Stunning technological advances in robotics and artificial intelligence are being reported virtually on a daily basis: from the versatile mobile robots in agriculture and manufacturing jeans to autonomous vehicles and 3D-printed buildings.

In fact, the International Federation of Robotics estimates that next year the stock of industrial robots will grow by more than 250,000 units per year concentrated in production of cars, electronics, and new machinery.

In some domains, emerging economies are actually ahead of richer countries. Take for example, Beijing’s driverless subway line or mobile phone-based finance in Kenya. Robots could even partially replace researchers and academics. So, this is really, really quite serious now…

This year’s World Development Report focuses on the changing nature of work (although its messages feel oddly dated). And it’s not the only one. A broad range of international agencies have recently flagged such issues relating to the future of employment in the context of automation, including ADB, the ILO, the IMF, UNCTAD, UNDP, UNIDO, and the World Bank again, and again. Ditto the private sector folks at McKinsey Global Institute, the World Economic Forum, and Pricewaterhouse. In fact, the International Labour Organization (ILO) has gone as far as launching a Global Commission on the Future of Work.

So, why does it matter?

What does automation mean for developing countries? Are the East Asian pathways to development based on job-creating manufacturing-led growth gone forever? Will 1.8bn or two-thirds of the workers in developing countries need to find new jobs (as the World Bank says they will)? Is a global universal basic income needed as Indonesian Minister of Finance proposed at the IMF and World Bank meetings? Does every developing country need to set up a ministry of automation as Thailand has done?

In a new paper we take a closer look at what we call the rise of the robot reserve army (and here’s the podcast at LSE) and what it means for the future of economic development and employment in particular in developing countries. It’s all part of a new project on structural transformation and inclusive growth that studies what we’ve called the “developer’s dilemma.”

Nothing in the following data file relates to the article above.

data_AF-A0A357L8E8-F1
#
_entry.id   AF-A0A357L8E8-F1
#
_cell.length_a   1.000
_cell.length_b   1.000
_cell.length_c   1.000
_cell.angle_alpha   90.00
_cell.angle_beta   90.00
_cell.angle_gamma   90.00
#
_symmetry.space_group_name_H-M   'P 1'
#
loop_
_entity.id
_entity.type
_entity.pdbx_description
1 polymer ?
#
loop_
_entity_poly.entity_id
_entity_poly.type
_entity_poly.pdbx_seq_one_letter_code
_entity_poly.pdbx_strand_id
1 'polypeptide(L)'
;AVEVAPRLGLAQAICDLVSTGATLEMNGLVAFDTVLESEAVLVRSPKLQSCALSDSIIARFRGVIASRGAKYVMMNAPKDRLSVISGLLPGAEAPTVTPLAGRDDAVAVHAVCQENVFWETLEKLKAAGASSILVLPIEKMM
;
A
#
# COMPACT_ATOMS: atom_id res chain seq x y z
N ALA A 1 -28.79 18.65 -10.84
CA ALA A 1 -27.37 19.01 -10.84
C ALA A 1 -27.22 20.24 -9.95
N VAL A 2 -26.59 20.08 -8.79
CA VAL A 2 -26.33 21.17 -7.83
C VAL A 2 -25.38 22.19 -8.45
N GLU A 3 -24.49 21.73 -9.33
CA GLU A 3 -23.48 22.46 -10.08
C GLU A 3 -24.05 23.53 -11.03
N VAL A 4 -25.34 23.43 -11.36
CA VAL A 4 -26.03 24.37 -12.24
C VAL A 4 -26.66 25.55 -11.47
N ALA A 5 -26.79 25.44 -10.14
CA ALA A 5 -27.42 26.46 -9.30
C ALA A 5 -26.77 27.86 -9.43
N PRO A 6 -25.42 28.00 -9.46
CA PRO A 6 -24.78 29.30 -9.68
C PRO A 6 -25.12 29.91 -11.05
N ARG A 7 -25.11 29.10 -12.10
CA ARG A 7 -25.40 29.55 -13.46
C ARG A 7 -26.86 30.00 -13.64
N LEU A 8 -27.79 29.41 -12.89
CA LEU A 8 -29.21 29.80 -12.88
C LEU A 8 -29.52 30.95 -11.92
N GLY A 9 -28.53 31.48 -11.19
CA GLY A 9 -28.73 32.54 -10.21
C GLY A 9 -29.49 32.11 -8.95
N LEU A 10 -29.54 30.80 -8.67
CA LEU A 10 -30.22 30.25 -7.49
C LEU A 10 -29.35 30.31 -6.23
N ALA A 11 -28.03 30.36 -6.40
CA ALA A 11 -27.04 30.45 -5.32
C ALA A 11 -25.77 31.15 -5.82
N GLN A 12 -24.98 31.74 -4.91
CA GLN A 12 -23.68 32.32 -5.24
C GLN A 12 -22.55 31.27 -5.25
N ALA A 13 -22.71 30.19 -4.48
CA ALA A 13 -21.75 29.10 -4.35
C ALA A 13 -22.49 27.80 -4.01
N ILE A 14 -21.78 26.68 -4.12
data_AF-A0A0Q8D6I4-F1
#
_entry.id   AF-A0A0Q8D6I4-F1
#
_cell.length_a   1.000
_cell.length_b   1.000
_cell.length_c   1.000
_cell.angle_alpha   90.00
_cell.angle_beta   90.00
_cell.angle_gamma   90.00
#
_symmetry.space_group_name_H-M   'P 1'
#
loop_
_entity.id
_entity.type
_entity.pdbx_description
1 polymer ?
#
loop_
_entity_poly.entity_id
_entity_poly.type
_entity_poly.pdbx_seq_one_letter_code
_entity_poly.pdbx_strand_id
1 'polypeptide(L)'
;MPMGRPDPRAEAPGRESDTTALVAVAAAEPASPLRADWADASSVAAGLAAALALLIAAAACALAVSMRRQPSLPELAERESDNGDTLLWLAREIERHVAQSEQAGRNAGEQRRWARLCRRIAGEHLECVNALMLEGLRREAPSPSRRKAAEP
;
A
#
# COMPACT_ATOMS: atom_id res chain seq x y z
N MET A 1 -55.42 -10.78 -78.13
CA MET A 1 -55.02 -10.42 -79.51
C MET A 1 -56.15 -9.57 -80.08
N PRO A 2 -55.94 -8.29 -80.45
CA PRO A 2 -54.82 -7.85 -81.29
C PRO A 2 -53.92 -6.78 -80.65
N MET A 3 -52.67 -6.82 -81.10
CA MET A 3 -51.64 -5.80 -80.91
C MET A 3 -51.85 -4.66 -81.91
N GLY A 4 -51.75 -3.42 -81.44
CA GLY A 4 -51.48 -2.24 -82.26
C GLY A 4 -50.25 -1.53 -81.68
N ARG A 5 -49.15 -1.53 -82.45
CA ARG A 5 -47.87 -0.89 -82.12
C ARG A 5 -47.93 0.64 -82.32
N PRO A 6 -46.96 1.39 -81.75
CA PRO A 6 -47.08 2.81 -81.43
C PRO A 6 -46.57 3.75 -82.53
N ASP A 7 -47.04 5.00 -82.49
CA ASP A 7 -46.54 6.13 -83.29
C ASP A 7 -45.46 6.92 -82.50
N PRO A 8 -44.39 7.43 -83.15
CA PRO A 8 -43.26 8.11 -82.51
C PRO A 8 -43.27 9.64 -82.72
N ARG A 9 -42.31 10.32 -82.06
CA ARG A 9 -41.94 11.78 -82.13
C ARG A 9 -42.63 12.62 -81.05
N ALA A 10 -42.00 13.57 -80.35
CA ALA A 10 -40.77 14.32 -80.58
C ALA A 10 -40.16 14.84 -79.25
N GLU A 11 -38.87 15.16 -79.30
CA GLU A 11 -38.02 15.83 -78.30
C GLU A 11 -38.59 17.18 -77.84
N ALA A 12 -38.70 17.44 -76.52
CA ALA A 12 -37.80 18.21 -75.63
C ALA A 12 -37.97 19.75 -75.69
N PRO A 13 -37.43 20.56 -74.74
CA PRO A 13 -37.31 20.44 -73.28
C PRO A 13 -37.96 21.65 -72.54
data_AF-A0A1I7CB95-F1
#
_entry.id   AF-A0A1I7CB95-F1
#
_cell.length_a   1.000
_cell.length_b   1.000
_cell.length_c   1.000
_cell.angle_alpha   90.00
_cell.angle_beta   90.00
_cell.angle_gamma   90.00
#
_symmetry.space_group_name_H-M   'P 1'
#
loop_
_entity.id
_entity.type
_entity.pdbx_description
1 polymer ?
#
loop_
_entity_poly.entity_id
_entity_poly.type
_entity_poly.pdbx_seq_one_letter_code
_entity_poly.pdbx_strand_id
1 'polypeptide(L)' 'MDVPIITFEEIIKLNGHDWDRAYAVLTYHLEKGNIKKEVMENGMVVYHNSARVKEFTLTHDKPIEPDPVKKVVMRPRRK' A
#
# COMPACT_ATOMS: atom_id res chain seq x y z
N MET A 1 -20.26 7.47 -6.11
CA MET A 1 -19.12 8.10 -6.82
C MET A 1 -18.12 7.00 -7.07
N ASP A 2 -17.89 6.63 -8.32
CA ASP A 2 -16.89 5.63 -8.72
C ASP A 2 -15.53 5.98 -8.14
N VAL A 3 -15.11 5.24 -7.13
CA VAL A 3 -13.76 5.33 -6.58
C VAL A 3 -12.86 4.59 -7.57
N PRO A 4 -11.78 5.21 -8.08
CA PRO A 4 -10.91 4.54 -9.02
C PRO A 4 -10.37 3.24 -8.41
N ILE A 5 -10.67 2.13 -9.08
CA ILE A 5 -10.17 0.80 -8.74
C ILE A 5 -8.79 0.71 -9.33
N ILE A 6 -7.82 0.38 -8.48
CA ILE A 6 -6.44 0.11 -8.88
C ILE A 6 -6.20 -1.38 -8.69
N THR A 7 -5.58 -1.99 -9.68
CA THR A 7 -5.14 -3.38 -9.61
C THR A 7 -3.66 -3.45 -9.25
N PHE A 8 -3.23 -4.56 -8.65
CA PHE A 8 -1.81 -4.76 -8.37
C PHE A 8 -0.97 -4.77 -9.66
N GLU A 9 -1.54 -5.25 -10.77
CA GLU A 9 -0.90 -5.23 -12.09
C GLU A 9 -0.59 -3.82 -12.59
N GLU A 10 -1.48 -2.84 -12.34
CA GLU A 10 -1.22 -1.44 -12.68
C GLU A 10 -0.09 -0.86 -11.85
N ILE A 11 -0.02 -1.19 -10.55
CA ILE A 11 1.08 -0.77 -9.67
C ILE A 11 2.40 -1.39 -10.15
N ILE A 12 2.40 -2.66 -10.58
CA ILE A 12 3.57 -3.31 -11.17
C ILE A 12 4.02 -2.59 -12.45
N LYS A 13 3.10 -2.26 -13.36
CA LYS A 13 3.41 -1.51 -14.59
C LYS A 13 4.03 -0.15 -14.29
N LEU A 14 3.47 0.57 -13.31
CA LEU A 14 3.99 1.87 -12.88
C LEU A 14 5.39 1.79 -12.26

“What’s the developer’s dilemma?” we hear you cry (we can dream). It’s this: structural transformation, aka genuine economic development (not just commodity fuelled growth), often leads to rising inequality unless public policy intervenes. At the same time inclusive growth is more likely with steady or even falling inequality.

In the years ahead big issues such as automation, but also deindustrialization are important mega-trends. And it’s important not to forget the historical experience of economic development, which points towards the case for “trickle along” economics.

In this context, automation is clearly of significance to the future of economic development, the future of work and points towards the need to develop new strategies for economic development in developing countries.

That said, interest in the impact of technological change is of course by no means new. There’s the detailed empirical study of Leontief and Duchin from the 1980s and, going further back, the work of W. Arthur Lewis, Marx, Ricardo, and Schumpeter.

So, what did we find?

Continuing the Simpsons and the robots theme, we have three headlines (why is it always three?):

1. D’oh! Automation is not just a rich country issue

The bulk of thinking on the economic implications has so far focused on advanced industrialised economies where the cost of labour is high and manufacturing shows a high degree of mechanisation and productivity. Yet, the developing world is both affected by automation trends in high-income countries and is itself catching up in terms of automation.